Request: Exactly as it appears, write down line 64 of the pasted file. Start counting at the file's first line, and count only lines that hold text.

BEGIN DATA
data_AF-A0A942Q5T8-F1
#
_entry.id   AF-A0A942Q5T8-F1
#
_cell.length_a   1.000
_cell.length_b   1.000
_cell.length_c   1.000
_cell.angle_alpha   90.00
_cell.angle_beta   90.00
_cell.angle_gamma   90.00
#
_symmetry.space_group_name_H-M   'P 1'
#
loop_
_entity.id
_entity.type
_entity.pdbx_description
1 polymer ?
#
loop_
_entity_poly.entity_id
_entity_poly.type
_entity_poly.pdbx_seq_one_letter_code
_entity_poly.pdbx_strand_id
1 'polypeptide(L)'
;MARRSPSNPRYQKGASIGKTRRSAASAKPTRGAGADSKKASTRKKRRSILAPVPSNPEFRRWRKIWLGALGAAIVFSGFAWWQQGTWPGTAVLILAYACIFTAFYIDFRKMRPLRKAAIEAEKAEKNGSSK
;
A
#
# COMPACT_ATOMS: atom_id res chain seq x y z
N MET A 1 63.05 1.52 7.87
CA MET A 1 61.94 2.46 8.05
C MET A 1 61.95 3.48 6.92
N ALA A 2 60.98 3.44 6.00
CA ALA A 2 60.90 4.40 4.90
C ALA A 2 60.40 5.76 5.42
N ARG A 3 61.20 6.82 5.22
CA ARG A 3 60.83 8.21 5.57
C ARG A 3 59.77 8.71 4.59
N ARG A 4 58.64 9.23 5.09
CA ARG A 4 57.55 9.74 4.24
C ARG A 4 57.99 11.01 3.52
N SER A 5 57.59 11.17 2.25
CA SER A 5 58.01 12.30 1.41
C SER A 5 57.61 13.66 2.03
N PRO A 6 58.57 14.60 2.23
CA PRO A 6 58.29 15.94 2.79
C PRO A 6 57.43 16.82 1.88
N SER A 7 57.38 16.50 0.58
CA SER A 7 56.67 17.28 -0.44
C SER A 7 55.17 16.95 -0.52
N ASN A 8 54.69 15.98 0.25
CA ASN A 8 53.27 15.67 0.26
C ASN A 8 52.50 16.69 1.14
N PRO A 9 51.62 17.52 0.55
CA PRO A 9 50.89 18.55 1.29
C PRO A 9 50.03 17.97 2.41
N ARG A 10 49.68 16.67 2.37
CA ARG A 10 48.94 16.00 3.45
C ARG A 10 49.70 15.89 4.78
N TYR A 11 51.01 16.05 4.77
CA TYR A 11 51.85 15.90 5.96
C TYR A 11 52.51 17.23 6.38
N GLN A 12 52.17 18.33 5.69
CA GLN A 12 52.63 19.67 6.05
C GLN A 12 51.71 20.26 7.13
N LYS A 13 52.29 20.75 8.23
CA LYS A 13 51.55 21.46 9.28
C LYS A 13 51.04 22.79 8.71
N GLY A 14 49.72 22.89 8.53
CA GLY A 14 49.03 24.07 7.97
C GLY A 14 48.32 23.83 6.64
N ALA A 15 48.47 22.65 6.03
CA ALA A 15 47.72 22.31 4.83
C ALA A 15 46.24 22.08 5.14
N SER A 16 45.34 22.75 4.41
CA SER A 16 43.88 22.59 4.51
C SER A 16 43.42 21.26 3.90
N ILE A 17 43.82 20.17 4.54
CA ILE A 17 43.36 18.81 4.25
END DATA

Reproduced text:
N GLN A 12 52.17 18.33 5.69